FPL Gameweek 8 preview from veteran Fantasy Premier League manager BigManBakar. He shares his data-driven observations to help us make effective decisions for Gameweek 8 with his essential tips.

Don’t forget to check out our Ultimate FPL Gameweek 8 Guide which has everything you need to help you make the best decisions ahead of the deadline.

You can also watch the Gameweek 8 preview on YouTube:

Q: Is it worth doubling up on Toney and Mbeumo?

Bryan Mbeumo (£5.5m) is ranked top among budget midfielders (£7m and less) for big chances this season. He is top for big chances and xG among all Brentford players this season as well so there is a good chance of him being involved whenever Brentford are to score. At his price point, he represents great value and allows for significant spend elsewhere.

Brentford showed in their recent game against Liverpool that they have the capability to score even against the tough defences in the league where they accumulated a xG of 2.3. This is why I would double up on their attack without hesitation, because in isolation both Mbeumo and Ivan Toney (£6.4m) are bargains to be taken advantage of.

I think Toney is a pick you can pick and forget about for the long run. He reminds me of Jiménez in the yesteryears. He is on penalties, and his creative ability is extremely underrated. He is top among all players for big chances created this season and third among forwards for expected goal involvement (xGi) – only Antonio and Lukaku are faring better.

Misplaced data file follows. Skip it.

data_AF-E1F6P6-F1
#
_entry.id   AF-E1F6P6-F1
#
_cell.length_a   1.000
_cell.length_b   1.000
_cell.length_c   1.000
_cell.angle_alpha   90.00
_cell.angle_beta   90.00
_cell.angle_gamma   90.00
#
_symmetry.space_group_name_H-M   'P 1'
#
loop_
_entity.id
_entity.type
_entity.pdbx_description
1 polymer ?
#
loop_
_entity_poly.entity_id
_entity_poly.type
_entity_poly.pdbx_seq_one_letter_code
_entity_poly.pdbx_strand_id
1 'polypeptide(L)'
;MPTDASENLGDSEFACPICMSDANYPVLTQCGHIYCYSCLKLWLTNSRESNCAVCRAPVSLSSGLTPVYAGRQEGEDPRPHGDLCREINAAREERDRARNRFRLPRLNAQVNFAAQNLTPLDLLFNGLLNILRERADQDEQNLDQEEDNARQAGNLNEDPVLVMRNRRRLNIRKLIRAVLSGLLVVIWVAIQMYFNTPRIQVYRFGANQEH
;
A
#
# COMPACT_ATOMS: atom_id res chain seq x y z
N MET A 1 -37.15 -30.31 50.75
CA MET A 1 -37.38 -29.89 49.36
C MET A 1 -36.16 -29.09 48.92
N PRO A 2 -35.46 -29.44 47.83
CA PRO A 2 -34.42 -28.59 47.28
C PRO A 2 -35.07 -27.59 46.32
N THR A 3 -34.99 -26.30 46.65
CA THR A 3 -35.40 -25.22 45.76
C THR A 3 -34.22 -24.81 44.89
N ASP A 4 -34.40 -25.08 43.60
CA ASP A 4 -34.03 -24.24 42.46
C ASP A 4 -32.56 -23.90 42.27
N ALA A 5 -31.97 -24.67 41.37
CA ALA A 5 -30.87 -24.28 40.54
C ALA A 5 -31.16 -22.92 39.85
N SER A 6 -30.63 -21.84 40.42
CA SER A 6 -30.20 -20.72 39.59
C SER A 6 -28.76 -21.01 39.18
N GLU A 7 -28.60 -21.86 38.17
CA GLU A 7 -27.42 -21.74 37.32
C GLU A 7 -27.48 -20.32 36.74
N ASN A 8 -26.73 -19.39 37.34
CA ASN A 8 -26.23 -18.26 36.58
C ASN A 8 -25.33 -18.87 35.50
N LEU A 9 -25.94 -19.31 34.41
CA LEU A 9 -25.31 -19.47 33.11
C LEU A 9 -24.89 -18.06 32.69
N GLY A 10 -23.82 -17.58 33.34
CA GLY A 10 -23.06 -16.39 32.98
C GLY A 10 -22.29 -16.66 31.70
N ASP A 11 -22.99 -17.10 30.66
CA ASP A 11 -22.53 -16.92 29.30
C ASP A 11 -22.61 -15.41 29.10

With the high volume of chances that Toney creates, he is also highly likely to get bonus points as well whenever he is to register an attacking return.

Q: Who is the Toney alternative to get if double Brentford attack is to be ignored?

If you don’t fancy the double up, then Adam Armstrong (£6.0m) could be your man. Neither Southampton nor Armstrong have the best of attacking statistics but they have had a reasonably tough run of fixtures to begin with. Picking him is purely a fixture play (LEE BUR wat AVL nor).

Anyone who punts on him could be rewarded straightaway though – no team has conceded more chances centrally than Leeds this season and Armstrong in the absence of Ward Prowse, is likely to be on penalties.

Q: Who are the defenders to pick on wildcard?

I’d want at least one defender from Man City and Chelsea heading into the coming Gameweeks. 53.7% of clean sheets have come at home this season so there’s not been much disparity between home and away data when it comes to clean sheets – the key is to simply back the best defences whether they are playing home or away.

Man City are ranked best for xG conceded, big chances conceded, shots conceded and shots in the box conceded this season. I would like to highlight their superiority in terms of defensive statistics when you compare them with some of the other defences in the league:

Shots conceded:
1) Man City (42)
2) Wolves (68)

Shots in the box conceded:
1) Man City (26)
2) Wolves/Man United (41)

Big chances conceded:
1) Man City (5)
2) Wolves (7)

xG conceded:
1) Man City (3.8)
2) Brighton (7.2)